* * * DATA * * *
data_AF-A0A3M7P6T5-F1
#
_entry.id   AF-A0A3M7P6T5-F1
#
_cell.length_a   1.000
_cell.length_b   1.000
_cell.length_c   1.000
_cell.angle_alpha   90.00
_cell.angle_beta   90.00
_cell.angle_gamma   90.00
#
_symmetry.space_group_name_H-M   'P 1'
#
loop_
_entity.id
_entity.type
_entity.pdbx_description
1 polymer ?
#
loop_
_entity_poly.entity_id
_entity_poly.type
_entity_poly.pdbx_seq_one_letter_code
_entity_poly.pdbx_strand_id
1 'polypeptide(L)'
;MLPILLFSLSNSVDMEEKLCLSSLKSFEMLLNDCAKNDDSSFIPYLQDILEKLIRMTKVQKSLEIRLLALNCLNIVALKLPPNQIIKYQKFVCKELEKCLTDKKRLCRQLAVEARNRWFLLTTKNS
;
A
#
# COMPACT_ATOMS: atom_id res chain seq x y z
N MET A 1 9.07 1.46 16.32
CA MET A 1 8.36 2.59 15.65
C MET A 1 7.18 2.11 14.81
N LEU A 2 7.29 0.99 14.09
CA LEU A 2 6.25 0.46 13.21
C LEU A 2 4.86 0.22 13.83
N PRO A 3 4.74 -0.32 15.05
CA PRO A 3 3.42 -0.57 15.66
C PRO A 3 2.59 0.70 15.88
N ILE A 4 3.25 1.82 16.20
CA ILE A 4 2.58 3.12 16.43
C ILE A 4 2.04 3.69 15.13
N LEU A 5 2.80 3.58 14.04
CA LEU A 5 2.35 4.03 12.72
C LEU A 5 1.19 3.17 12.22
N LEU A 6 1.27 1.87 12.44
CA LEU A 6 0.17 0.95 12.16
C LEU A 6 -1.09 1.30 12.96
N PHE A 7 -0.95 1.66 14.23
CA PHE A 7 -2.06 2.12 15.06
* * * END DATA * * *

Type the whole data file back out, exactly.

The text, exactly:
data_AF-A0A3M7P6T5-F1
#
_entry.id   AF-A0A3M7P6T5-F1
#
_cell.length_a   1.000
_cell.length_b   1.000
_cell.length_c   1.000
_cell.angle_alpha   90.00
_cell.angle_beta   90.00
_cell.angle_gamma   90.00
#
_symmetry.space_group_name_H-M   'P 1'
#
loop_
_entity.id
_entity.type
_entity.pdbx_description
1 polymer ?
#
loop_
_entity_poly.entity_id
_entity_poly.type
_entity_poly.pdbx_seq_one_letter_code
_entity_poly.pdbx_strand_id
1 'polypeptide(L)'
;MLPILLFSLSNSVDMEEKLCLSSLKSFEMLLNDCAKNDDSSFIPYLQDILEKLIRMTKVQKSLEIRLLALNCLNIVALKLPPNQIIKYQKFVCKELEKCLTDKKRLCRQLAVEARNRWFLLTTKNS
;
A
#
# COMPACT_ATOMS: atom_id res chain seq x y z
N MET A 1 9.07 1.46 16.32
CA MET A 1 8.36 2.59 15.65
C MET A 1 7.18 2.11 14.81
N LEU A 2 7.29 0.99 14.09
CA LEU A 2 6.25 0.46 13.21
C LEU A 2 4.86 0.22 13.83
N PRO A 3 4.74 -0.32 15.05
CA PRO A 3 3.42 -0.57 15.66
C PRO A 3 2.59 0.70 15.88
N ILE A 4 3.25 1.82 16.20
CA ILE A 4 2.58 3.12 16.43
C ILE A 4 2.04 3.69 15.13
N LEU A 5 2.80 3.58 14.04
CA LEU A 5 2.35 4.03 12.72
C LEU A 5 1.19 3.17 12.22
N LEU A 6 1.27 1.87 12.44
CA LEU A 6 0.17 0.95 12.16
C LEU A 6 -1.09 1.30 12.96
N PHE A 7 -0.95 1.66 14.23
CA PHE A 7 -2.06 2.12 15.06